Talk:House of Lorraine

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The Habsburgs are a branch of the Lorraine?[edit]

I've seen at other article that both the House of Lorraine and the extinct House of Habsburg (I'm talking about the Habsburg, not the Lorraine-Habsburg) share a common male line ancestor and thus are part of the same dynast (just as the Bourbon and the Braganzas are part of the Capetian Dynasty). Is that correct? If yes, shouldn't be included in here? --Lecen (talk) 15:05, 27 February 2010 (UTC)

Marie Theresa Habsburg wedded Francis Lorraine, and after the Habsburgs died out, the Lorraines claimed succession to the Habsburg name and titles. The Habsburg-Lorraines and Lorraines are one and the same, simply with a name change. A connection through a marriage. [tk] XANDERLIPTAK 22:31, 29 April 2010 (UTC)
I've never heard that the extinct pre-1740 Habsburgs were descended in the male line from the House of Lorraine. There might have been 18th century efforts to claim such a connection in the distant past as part of an effort to legitimize the succession through Francis I and Maria Theresa's heirs, but I'm not aware of it. john k (talk) 23:54, 29 April 2010 (UTC)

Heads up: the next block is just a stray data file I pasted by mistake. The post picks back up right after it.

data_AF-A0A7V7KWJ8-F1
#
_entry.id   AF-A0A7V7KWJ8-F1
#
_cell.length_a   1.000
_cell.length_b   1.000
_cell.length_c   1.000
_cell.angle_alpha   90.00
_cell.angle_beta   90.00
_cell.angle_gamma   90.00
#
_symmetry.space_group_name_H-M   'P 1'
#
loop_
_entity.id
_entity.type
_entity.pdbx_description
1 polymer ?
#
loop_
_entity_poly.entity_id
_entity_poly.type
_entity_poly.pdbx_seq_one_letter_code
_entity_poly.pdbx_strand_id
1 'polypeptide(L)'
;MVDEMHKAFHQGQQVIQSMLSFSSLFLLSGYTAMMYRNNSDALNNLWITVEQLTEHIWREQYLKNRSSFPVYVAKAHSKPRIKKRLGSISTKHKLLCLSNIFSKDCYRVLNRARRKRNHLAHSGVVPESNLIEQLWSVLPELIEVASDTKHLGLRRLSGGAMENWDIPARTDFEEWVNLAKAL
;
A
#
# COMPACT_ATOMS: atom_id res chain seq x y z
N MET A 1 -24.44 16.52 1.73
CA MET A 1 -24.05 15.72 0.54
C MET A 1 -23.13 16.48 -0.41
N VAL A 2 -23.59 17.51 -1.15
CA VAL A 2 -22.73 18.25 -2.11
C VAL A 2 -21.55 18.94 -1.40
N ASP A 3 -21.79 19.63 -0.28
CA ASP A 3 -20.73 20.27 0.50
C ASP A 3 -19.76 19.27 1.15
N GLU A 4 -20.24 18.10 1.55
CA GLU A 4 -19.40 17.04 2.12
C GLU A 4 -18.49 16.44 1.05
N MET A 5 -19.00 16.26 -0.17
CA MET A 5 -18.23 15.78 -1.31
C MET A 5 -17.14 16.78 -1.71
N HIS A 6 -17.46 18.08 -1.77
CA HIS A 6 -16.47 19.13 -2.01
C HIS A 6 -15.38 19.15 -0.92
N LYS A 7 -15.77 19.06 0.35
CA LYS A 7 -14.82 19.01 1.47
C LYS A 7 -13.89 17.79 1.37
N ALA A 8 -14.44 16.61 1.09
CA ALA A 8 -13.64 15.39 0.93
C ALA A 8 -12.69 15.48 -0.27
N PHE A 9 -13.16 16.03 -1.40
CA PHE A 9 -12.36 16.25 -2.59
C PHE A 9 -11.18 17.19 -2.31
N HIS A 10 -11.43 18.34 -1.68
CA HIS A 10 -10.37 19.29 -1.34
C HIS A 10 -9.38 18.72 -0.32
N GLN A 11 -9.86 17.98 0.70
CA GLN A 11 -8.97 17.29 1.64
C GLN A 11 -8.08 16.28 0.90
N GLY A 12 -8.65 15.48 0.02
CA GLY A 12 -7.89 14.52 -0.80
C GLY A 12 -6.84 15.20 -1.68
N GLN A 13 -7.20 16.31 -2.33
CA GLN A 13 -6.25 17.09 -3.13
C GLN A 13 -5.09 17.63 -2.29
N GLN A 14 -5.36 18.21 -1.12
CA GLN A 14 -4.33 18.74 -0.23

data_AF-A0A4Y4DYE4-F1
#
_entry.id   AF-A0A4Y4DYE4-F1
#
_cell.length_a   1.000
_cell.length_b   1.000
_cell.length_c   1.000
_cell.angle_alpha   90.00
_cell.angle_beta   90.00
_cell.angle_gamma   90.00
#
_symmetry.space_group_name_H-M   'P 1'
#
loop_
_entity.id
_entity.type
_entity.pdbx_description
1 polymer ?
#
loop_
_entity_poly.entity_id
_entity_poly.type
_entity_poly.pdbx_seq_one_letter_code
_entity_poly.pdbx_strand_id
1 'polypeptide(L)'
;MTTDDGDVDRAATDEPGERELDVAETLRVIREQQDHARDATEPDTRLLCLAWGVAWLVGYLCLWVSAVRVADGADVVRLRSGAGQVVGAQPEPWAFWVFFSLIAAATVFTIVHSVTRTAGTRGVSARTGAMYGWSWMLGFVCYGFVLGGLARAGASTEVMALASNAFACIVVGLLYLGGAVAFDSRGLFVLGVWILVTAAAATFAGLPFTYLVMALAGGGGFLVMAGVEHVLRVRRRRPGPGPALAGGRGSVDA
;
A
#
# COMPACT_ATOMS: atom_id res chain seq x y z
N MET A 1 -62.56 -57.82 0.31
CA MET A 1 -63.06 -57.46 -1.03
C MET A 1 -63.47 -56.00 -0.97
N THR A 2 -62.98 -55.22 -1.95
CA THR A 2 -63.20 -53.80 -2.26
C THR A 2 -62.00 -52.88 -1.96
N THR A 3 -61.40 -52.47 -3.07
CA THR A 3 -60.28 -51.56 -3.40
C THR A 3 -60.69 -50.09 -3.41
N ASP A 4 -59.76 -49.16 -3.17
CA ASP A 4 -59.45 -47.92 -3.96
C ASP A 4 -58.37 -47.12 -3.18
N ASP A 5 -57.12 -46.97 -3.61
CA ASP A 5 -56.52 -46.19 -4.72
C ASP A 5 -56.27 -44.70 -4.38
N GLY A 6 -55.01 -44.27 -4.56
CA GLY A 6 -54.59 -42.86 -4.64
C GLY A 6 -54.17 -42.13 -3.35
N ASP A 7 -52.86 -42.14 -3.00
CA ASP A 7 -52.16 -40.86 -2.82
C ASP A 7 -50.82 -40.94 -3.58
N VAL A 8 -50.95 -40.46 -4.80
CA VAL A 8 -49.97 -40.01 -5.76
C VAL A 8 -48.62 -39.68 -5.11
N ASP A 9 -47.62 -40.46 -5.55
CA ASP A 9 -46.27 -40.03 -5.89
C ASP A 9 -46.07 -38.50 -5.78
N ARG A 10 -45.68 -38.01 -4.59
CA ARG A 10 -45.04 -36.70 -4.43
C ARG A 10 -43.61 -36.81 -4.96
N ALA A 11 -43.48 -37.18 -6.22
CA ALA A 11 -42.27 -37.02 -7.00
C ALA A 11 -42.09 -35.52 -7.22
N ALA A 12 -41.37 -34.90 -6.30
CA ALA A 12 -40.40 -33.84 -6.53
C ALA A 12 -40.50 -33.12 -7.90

Bysantium Connection[edit]

What's that connection?-- (talk) 07:30, 1 December 2012 (UTC)

Verb tense in lede[edit]

The House of Lorraine ... is one of the most important and was one of the longest-reigning royal houses in the history of Europe.

I question the present-tense verb is in the lede sentence. I don't believe they rule anywhere any longer, and thus can't be described as currently important. Suggest rewording:

"The House of Lorraine ... was one of the most important and longest-reigning royal houses in the history of Europe." Sca (talk) 16:41, 30 July 2014 (UTC)